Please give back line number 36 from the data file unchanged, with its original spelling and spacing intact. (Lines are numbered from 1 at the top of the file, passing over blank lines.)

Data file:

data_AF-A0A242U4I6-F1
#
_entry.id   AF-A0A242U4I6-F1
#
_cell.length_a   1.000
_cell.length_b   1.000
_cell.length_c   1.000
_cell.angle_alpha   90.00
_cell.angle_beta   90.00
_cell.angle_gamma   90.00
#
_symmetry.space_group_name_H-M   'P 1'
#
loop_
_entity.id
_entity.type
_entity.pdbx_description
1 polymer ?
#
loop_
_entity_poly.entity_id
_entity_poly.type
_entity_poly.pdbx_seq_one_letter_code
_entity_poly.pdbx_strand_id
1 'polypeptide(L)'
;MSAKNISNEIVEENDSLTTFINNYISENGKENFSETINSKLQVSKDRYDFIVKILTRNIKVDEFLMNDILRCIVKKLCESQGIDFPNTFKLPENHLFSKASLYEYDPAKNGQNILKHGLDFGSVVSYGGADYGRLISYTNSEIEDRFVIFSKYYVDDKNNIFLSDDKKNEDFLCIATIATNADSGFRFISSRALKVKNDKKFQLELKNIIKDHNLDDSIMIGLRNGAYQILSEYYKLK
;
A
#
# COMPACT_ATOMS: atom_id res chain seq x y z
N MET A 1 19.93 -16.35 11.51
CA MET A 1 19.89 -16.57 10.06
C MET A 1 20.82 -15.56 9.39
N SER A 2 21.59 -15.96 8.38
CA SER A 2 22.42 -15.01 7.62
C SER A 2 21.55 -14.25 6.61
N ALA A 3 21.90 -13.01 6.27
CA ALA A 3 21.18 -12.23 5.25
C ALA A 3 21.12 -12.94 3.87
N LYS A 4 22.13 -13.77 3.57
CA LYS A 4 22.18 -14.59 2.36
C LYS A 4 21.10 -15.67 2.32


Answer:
C SER A 2 21.55 -14.25 6.61